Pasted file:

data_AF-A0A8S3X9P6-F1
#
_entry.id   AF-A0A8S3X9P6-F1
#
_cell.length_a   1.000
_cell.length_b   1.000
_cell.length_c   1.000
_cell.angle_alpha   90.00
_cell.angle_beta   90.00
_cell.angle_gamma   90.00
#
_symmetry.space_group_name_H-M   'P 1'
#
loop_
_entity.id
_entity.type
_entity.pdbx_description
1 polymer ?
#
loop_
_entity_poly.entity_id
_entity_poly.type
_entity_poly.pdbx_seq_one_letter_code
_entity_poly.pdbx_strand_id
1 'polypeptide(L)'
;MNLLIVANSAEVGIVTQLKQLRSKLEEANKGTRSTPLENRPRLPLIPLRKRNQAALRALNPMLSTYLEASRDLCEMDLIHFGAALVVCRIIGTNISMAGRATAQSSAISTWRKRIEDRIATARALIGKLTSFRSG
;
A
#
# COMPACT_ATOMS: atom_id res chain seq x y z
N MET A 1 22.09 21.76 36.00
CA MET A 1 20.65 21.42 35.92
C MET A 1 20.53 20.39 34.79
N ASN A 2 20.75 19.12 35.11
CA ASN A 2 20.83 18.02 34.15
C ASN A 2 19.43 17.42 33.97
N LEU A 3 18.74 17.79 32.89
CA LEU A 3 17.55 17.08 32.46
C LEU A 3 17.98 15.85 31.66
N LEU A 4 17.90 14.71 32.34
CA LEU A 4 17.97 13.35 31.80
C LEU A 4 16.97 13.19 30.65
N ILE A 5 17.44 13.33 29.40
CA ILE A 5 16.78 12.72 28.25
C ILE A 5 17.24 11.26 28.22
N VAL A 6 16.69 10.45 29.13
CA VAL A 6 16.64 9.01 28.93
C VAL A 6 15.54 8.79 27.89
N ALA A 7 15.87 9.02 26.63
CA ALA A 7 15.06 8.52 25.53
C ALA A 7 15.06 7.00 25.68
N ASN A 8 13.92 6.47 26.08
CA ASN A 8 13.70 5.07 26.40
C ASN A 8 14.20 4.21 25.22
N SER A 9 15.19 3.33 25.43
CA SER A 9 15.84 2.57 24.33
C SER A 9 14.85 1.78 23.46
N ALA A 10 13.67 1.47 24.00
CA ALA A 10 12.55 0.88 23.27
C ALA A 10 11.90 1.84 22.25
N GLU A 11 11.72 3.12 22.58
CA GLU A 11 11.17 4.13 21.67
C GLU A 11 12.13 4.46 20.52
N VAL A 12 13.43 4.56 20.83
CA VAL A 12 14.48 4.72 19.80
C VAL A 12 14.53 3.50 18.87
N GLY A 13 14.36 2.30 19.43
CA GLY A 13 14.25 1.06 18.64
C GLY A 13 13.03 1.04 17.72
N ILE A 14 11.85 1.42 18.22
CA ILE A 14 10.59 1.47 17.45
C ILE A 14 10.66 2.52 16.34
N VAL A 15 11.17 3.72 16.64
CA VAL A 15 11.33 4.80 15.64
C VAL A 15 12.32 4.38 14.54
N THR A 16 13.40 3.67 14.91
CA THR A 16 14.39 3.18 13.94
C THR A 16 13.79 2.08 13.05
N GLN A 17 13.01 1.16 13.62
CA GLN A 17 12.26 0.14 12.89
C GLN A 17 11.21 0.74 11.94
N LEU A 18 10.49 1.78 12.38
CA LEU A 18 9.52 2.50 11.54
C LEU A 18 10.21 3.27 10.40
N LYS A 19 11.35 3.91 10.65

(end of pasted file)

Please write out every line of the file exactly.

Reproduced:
data_AF-A0A8S3X9P6-F1
#
_entry.id   AF-A0A8S3X9P6-F1
#
_cell.length_a   1.000
_cell.length_b   1.000
_cell.length_c   1.000
_cell.angle_alpha   90.00
_cell.angle_beta   90.00
_cell.angle_gamma   90.00
#
_symmetry.space_group_name_H-M   'P 1'
#
loop_
_entity.id
_entity.type
_entity.pdbx_description
1 polymer ?
#
loop_
_entity_poly.entity_id
_entity_poly.type
_entity_poly.pdbx_seq_one_letter_code
_entity_poly.pdbx_strand_id
1 'polypeptide(L)'
;MNLLIVANSAEVGIVTQLKQLRSKLEEANKGTRSTPLENRPRLPLIPLRKRNQAALRALNPMLSTYLEASRDLCEMDLIHFGAALVVCRIIGTNISMAGRATAQSSAISTWRKRIEDRIATARALIGKLTSFRSG
;
A
#
# COMPACT_ATOMS: atom_id res chain seq x y z
N MET A 1 22.09 21.76 36.00
CA MET A 1 20.65 21.42 35.92
C MET A 1 20.53 20.39 34.79
N ASN A 2 20.75 19.12 35.11
CA ASN A 2 20.83 18.02 34.15
C ASN A 2 19.43 17.42 33.97
N LEU A 3 18.74 17.79 32.89
CA LEU A 3 17.55 17.08 32.46
C LEU A 3 17.98 15.85 31.66
N LEU A 4 17.90 14.71 32.34
CA LEU A 4 17.97 13.35 31.80
C LEU A 4 16.97 13.19 30.65
N ILE A 5 17.44 13.33 29.40
CA ILE A 5 16.78 12.72 28.25
C ILE A 5 17.24 11.26 28.22
N VAL A 6 16.69 10.45 29.13
CA VAL A 6 16.64 9.01 28.93
C VAL A 6 15.54 8.79 27.89
N ALA A 7 15.87 9.02 26.63
CA ALA A 7 15.06 8.52 25.53
C ALA A 7 15.06 7.00 25.68
N ASN A 8 13.92 6.47 26.08
CA ASN A 8 13.70 5.07 26.40
C ASN A 8 14.20 4.21 25.22
N SER A 9 15.19 3.33 25.43
CA SER A 9 15.84 2.57 24.33
C SER A 9 14.85 1.78 23.46
N ALA A 10 13.67 1.47 24.00
CA ALA A 10 12.55 0.88 23.27
C ALA A 10 11.90 1.84 22.25
N GLU A 11 11.72 3.12 22.58
CA GLU A 11 11.17 4.13 21.67
C GLU A 11 12.13 4.46 20.52
N VAL A 12 13.43 4.56 20.83
CA VAL A 12 14.48 4.72 19.80
C VAL A 12 14.53 3.50 18.87
N GLY A 13 14.36 2.30 19.43
CA GLY A 13 14.25 1.06 18.64
C GLY A 13 13.03 1.04 17.72
N ILE A 14 11.85 1.42 18.22
CA ILE A 14 10.59 1.47 17.45
C ILE A 14 10.66 2.52 16.34
N VAL A 15 11.17 3.72 16.64
CA VAL A 15 11.33 4.80 15.64
C VAL A 15 12.32 4.38 14.54
N THR A 16 13.40 3.67 14.91
CA THR A 16 14.39 3.18 13.94
C THR A 16 13.79 2.08 13.05
N GLN A 17 13.01 1.16 13.62
CA GLN A 17 12.26 0.14 12.89
C GLN A 17 11.21 0.74 11.94
N LEU A 18 10.49 1.78 12.38
CA LEU A 18 9.52 2.50 11.54
C LEU A 18 10.21 3.27 10.40
N LYS A 19 11.35 3.91 10.65